Farnsworth-Hutchings has raised more than $17,000 since she began campaigning for the special mayoral election. That includes more than $10,000 raised between Oct. 26, 2022, and Jan. 13, 2023, and more than $6,000 raised between Jan. 14 and Feb. 4. She started the campaign with about $2,000 and contributed $3,000 of her own money in January.

A majority of the more than 50 people who have contributed to Farnsworth-Hutchings’ campaign are retirees, representing communities from around the Kenai Peninsula and other parts of Alaska. The diversity of who has contributed to her campaign, she said, is a testament to how many people she knows from having lived in the community for so long.

Farnsworth-Hutchings said Tuesday that she is “feeling good” about where her campaign is at financially, although raising money has not been her top priority. She said she’s used to being the “underdog” when it comes to fundraising during political campaigns, and said what really counts is who ultimately shows up to the ballot box.

“You can’t really count it unless you get it,” Farnsworth-Hutchings said of financial contributions. “It’s the votes that count.”

The other two candidates who filed to run for the borough mayor position have not fundraised during their campaigns. Carey has said explicitly that he is not accepting campaign contributions for the current election cycle, whereas Hamilton said all the money he’s put into his campaign has come from himself.

Hamilton said Tuesday that he completed the Alaska Public Offices Commission’s Municipal Exemption Form, which exempts candidates who do not intend to raise or spend more than $5,000 through their campaign from having to file campaign disclosure reports.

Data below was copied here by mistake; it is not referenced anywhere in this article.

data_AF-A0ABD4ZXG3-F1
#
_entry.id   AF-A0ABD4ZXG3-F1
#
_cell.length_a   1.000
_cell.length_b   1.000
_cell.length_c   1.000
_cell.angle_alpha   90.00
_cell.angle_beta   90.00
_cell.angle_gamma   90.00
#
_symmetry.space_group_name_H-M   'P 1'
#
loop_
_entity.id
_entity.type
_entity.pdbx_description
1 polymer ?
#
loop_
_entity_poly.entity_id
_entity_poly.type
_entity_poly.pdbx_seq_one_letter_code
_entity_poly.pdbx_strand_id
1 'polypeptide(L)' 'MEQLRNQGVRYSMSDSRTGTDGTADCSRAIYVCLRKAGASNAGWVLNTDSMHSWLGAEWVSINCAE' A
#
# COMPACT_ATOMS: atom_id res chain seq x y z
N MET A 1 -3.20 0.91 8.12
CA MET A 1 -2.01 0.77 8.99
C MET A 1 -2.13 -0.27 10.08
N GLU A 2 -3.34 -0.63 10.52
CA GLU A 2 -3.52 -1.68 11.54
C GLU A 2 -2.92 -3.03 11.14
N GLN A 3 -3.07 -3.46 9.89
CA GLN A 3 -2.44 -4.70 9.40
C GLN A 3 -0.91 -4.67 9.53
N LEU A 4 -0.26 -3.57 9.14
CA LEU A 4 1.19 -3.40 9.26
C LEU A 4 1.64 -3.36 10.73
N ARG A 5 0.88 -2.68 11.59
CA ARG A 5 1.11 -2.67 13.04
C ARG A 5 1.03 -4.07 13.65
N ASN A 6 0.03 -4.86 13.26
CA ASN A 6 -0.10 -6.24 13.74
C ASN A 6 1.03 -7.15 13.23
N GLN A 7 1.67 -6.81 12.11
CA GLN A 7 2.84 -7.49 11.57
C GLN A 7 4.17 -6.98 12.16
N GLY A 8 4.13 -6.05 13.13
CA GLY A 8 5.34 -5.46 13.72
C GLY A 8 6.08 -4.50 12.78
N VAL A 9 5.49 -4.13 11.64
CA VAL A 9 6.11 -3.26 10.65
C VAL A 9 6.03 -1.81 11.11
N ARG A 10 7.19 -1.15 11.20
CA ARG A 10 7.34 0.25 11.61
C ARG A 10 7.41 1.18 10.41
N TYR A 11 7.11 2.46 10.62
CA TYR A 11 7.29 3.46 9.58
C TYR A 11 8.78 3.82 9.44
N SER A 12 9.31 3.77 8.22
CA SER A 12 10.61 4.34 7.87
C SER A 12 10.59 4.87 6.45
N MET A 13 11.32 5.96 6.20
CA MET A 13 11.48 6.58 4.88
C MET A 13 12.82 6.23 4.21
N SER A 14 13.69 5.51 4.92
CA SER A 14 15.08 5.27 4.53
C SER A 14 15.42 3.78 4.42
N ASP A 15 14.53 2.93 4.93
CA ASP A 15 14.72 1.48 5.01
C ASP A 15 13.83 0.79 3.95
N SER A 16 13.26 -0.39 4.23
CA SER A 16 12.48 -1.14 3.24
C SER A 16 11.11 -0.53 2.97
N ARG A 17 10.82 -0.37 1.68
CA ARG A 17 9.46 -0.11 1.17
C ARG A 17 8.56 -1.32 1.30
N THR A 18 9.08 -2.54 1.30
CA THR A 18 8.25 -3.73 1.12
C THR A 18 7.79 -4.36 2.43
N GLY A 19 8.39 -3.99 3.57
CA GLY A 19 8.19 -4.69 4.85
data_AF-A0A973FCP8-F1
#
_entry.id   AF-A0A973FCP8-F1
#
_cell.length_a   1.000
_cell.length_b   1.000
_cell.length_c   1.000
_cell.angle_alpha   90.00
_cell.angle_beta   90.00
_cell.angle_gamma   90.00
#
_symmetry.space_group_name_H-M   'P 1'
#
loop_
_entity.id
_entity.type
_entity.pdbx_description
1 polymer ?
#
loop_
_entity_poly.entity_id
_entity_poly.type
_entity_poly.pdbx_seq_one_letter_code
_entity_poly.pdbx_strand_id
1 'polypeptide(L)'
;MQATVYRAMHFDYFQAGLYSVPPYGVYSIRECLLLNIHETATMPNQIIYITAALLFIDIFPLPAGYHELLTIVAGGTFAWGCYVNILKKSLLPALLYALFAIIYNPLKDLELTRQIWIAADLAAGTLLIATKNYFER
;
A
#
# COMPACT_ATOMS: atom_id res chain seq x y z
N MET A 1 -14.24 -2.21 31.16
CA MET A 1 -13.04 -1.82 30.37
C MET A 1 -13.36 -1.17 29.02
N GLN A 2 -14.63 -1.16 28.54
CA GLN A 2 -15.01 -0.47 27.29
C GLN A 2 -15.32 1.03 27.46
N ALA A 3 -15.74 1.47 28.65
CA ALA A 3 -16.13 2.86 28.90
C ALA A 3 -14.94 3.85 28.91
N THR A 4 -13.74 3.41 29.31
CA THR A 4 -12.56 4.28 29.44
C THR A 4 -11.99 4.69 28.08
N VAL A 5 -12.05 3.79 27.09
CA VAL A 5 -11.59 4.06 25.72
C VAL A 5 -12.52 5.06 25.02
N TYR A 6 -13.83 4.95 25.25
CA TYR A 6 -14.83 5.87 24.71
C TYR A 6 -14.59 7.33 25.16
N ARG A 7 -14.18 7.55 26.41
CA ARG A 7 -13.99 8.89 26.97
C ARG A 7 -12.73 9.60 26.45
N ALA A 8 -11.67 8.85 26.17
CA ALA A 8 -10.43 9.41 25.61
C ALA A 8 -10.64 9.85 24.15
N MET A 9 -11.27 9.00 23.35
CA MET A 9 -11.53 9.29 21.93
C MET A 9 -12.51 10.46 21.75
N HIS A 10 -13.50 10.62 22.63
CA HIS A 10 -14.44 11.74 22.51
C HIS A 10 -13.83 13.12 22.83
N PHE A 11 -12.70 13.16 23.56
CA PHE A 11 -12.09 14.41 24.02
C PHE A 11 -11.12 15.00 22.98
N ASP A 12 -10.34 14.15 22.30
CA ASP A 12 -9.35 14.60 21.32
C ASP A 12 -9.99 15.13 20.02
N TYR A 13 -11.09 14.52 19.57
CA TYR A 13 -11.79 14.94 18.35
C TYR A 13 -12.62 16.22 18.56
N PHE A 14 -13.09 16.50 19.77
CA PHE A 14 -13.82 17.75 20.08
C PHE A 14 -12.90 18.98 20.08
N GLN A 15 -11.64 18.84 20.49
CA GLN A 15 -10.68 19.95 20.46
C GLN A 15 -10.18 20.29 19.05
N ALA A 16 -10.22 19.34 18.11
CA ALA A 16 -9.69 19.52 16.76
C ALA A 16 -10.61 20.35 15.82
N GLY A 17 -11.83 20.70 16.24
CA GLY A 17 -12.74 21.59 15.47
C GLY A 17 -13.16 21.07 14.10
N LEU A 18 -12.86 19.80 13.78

Hamilton, the co-owner of Brothers Cafe in Kenai, said he opted not to fundraise for his campaign because of the abbreviated election cycle and because he works in a customer-facing role.

“I didn’t want to do anything that would jeopardize that,” Hamilton said Tuesday.

In an email on Wednesday, Hamilton said he also knew he couldn’t compete with the resources of more established candidates. That’s on top of not wanting to deal with the administrative paperwork that goes along with reporting through APOC, and not wanting to appear beholden to any one contributor.

“I didn’t want to seem bought,” Hamilton said.

Carey also cited the shortened election window as part of the reason he did not actively fundraise for his campaign. He said Tuesday that he raised more than $64,000 the last time he ran for borough mayor, for which he campaigned for more than a year and a half.

Because voters will only cast ballots for one race as part of the special election, Carey said he also hasn’t been worried about competing with other candidates for signage real estate.

“Since this is the only race going on, having to put lots of signs out didn’t seem to make sense,” Carey said.

A fifth candidate, Robert Wall, is running as a write-in candidate for the seat. He reported raising about $6,000 between Jan. 14 and Feb. 4, which includes a $5,000 contribution from his wife, Renae.

Full campaign disclosure reports can be found on the Alaska Public Offices Commission website.

Reach reporter Ashlyn O’Hara at

CORRECTION: This story has been updated to say that Linda Farnsworth-Hutchings is the only candidate to have spent consulting services from Winfluence.